This was very clear when I went in to a EECP (Enhanced External Counterpulsation) center locally yesterday and interviewed the doctor who runs the facility. She was surprised at the level of knowledge I had regarding cardiac artery disease, particularly how I was interpreting my test results and comparing them and developing a rationale of possible ways to go with it. This, evidently, is highly unusual.
As a result of review and basic testing, along with quite a long chat about my general history, I decided to give this non-invasive therapy a shot and see where it takes me before doing something as drastic as CABG, recommended by the hospital cardiologist. In all likelihood it will be of benefit in my case. All indicators are there. It’s an option. A choice. It’s mine.
About two years ago this time of year I started to really feel pretty lousy. It was a slow progression I was adjusting to and taking in stride. As someone once put it to me it was akin to going blind. You don’t notice it happening until you walk into a wall. So it was with me. I had been away from regular medical care for too long and was without the medications I had become accustomed to over decades- not to mention the quarterly monitoring. My regular doctor went out of business years before and my ability to replace that care came up really short. The clinic people would not prescribe what I was getting before because I could not remember the dosages and such. I’m sure that a bout of depression I was going through had something to do with that, along with being out of work on the long-term.
It got to the point where I could not sleep. Over time, I started cross-referencing my symptoms on the Internet, as I could not lie down without having an anxiety attack. It was a slow burn. Like the progression of the illness itself, the information was building up and I was reaching the conclusion that I was suffering from congestive heart failure, or CHF. While on the Internet June 3, 2011, it was announced that a pretty famous songwriter and musician I admired, Andrew Gold, had passed away at age 59 . The cause of death was heart failure. I was approaching 59 in a short two months. Within 48 hours I walked down to the ER and told them they needed to admit me for CHF.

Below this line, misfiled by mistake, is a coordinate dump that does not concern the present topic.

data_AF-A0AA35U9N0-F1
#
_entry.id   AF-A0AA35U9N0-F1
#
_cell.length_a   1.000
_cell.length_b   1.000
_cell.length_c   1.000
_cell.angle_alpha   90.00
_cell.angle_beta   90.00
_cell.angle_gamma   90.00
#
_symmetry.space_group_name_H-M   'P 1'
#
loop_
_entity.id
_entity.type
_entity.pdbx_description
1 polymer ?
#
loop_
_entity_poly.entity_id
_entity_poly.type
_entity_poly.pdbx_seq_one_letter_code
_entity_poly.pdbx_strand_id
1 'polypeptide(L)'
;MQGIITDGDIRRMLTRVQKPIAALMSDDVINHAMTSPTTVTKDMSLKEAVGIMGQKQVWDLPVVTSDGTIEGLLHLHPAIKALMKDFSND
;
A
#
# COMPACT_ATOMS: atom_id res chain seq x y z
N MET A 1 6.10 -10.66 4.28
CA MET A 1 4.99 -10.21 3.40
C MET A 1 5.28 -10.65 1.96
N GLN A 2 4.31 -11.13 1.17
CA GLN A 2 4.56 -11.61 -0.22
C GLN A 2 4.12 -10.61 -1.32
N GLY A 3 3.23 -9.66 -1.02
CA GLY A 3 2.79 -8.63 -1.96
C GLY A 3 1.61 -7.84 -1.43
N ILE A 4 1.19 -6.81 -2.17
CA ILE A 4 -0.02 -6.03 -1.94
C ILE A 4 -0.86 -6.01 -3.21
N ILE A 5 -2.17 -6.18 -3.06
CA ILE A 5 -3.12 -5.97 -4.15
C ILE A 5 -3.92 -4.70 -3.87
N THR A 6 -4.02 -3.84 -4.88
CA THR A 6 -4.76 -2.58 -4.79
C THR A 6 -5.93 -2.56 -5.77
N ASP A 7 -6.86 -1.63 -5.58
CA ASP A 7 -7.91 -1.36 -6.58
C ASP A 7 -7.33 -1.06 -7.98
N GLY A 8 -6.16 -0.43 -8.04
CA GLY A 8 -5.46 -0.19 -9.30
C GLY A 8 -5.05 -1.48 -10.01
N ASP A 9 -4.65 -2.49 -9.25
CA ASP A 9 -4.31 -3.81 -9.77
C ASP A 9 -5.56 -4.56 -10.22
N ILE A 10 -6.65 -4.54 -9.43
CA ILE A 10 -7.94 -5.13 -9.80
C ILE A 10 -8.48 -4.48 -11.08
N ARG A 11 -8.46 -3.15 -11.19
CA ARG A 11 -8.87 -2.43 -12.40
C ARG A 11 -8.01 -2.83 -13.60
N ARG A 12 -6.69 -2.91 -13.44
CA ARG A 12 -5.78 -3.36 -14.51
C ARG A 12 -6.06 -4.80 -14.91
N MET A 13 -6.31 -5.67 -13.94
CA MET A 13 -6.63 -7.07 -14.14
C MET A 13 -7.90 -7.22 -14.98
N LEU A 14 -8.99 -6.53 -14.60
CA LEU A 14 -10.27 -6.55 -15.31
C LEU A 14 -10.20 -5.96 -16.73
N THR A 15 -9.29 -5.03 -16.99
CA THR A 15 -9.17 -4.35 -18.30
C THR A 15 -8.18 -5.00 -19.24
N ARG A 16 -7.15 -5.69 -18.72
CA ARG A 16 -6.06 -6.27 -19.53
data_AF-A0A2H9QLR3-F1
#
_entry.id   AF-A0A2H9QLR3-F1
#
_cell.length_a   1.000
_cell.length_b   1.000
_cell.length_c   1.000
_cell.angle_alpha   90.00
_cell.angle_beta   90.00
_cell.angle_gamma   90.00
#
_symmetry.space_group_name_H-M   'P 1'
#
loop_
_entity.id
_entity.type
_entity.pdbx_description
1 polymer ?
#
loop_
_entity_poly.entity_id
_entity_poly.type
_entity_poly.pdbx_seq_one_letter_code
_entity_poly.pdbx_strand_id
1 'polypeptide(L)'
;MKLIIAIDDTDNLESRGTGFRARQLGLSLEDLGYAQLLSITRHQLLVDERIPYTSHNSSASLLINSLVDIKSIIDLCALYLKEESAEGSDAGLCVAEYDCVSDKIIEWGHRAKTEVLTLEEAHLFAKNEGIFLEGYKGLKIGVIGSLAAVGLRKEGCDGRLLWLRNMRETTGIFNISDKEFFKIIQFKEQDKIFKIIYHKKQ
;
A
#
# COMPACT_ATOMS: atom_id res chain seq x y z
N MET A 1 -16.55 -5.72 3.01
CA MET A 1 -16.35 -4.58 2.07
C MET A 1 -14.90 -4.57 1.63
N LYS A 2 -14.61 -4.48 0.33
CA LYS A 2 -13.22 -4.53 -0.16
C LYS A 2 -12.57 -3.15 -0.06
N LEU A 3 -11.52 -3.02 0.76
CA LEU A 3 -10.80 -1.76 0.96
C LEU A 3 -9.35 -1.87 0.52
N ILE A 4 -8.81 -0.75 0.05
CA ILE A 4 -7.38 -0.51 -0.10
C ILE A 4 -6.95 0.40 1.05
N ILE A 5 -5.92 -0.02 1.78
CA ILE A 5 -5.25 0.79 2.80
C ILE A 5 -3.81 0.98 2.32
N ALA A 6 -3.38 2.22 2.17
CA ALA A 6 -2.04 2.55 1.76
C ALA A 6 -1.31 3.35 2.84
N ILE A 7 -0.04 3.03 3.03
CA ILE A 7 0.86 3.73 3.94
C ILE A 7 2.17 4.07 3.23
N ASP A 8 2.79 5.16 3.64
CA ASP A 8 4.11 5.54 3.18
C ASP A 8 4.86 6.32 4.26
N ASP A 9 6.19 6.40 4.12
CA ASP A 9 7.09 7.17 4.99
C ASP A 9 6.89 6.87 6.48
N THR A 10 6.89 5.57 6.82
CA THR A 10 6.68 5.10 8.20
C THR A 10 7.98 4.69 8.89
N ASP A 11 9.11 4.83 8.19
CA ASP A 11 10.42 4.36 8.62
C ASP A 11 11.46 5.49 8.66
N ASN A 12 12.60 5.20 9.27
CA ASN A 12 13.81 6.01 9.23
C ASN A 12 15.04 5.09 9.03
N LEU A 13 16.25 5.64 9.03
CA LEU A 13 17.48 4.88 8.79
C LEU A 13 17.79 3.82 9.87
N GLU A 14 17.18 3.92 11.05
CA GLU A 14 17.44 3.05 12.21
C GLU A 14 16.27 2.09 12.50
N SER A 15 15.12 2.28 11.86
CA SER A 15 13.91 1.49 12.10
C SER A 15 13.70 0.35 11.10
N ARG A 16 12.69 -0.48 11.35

I was subsequently released and managed with medication and dietary modifications. It has been that way since until I obtained health insurance through public assistance. This journey is chronicled in earlier posts right here, so feel free to read through if you have interest in the history. Having insurance put me back into the cardiologists office who put me into the surgeons office. This was all well and good until I questioned the whole thing prior to signing off on a major surgery. A procedure that the public is starting to believe to be “routine”.
Today, we learned that guitar hero to many Alvin Lee passed. You know- the guy with the flying fingers from the “Woodstock” movie and sound track. The cause of death is given as complications resulting from a routine surgery.
I think I’ll ponder choices in this matter a bit longer. The music is speaking to me, once again.
“Generally, due diligence refers to the care a reasonable person should take before entering into an agreement or a transaction with another party.”